Demineralization by Ion Exchange - 1st Edition - ISBN: 9781483228051, 9781483258423

Demineralization by Ion Exchange

1st Edition

In Water Treatment and Chemical Processing of Other Liquids

Authors: Samuel B. Applebaum
eBook ISBN: 9781483258423
Imprint: Academic Press
Published Date: 1st January 1968
Page Count: 406
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Demineralization by Ion Exchange: In Water Treatment and Chemical Processing of Other Liquids presents the methods of demineralization by ion exchange to completely remove dissolved impurities from water and other liquids. This book discusses the developments as well as the engineering and practical aspects in demineralization.

Organized into 14 chapters, this book begins with an overview of the history of ion exchange. This text then provides data on the demineralizer equipment, specifying proper materials of construction and design of the shells, their internal distributors, piping, and valves. Other chapters consider the method and equipment design that will help solve water treatment or chemical processing problem with the greatest reliability and economy. This book discusses as well the technical calculations showing how the demineralizer systems are selected. The final chapter deals with the designs of many actual full-scale plants.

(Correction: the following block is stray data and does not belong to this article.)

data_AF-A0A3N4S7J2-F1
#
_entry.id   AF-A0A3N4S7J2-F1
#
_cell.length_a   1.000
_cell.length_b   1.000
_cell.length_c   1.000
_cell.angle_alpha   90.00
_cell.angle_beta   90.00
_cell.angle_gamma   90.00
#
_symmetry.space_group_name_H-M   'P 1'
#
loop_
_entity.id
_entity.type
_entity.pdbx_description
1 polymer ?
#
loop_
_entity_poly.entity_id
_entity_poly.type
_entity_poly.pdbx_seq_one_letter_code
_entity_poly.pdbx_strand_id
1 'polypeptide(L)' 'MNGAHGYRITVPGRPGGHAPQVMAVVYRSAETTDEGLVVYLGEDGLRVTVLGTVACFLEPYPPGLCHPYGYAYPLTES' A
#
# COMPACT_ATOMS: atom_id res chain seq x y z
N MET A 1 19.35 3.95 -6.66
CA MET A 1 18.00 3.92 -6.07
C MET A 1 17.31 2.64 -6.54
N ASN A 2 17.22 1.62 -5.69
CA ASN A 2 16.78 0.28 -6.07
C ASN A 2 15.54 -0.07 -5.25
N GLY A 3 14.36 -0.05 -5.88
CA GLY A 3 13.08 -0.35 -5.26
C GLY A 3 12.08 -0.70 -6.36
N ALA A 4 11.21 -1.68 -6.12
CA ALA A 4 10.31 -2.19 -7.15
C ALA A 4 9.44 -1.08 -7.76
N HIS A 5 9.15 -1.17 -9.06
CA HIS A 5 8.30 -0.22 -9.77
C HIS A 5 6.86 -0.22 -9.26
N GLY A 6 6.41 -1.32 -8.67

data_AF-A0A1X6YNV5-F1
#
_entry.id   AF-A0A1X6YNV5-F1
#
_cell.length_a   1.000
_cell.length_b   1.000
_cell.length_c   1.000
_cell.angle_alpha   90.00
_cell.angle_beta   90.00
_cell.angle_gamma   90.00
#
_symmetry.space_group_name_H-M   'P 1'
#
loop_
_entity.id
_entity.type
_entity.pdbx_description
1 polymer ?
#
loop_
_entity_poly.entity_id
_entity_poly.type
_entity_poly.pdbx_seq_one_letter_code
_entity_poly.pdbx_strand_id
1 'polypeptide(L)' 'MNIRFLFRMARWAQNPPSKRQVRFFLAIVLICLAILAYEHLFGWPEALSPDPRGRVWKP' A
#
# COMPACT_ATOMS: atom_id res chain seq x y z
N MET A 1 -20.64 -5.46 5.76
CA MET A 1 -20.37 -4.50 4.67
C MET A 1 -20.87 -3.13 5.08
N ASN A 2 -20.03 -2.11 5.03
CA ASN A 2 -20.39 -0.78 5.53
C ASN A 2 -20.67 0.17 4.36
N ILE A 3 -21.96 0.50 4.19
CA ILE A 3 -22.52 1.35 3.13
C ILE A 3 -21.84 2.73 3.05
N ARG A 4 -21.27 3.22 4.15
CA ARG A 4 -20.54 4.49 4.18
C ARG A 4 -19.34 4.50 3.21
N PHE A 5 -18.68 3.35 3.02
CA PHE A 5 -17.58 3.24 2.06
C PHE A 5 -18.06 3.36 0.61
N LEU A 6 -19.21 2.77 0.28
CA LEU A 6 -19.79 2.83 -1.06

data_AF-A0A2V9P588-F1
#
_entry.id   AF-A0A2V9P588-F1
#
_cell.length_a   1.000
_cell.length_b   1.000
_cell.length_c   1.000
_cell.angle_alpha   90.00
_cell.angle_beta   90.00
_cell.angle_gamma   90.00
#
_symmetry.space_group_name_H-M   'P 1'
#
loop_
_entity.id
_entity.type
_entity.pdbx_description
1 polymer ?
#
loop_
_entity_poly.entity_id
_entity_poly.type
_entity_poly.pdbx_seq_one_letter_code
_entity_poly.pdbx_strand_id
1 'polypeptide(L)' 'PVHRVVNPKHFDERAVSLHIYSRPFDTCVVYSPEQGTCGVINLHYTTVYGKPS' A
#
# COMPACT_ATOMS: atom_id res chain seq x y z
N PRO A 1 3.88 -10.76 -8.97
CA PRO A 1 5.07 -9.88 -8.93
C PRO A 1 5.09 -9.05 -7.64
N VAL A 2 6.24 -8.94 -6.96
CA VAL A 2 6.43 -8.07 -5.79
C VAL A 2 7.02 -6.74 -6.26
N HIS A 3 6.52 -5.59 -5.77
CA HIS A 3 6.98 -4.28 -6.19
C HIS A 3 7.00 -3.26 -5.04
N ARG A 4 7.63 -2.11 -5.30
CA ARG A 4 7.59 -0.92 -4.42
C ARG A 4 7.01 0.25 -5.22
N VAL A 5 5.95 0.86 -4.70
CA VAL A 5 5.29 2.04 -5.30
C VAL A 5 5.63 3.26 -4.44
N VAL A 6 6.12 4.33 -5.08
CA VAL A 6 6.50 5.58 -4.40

This book is a valuable resource for executives, consultants, engineers, engineering students, and chemists.

Table of Contents


1. Brief History of Ion Exchange and the Industrial Needs That Led to Demineralization



2. Survey of the Impurities in Water, Their Harmful Effects in Industry, and Methods of Removing Them

I. Water Supplies

II. Impurities in Water

III. Forms of Water Analysis

IV. Units of Measurement

V. Harmful Effects of Water Impurities in Industry

VI. Water-Quality Tolerances for Various Applications

VII. General Methods of Removing Impurities


3. Removal of the Major Ionic Dissolved Impurities in Water

I. Removal of Calcium and Magnesium: Water-Softening

II. Removal of Calcium, Magnesium, Sodium, and Potassium: Hydrogen Cation Exchange

III. Removal of Iron and Manganese

IV. Removal of Alkalinity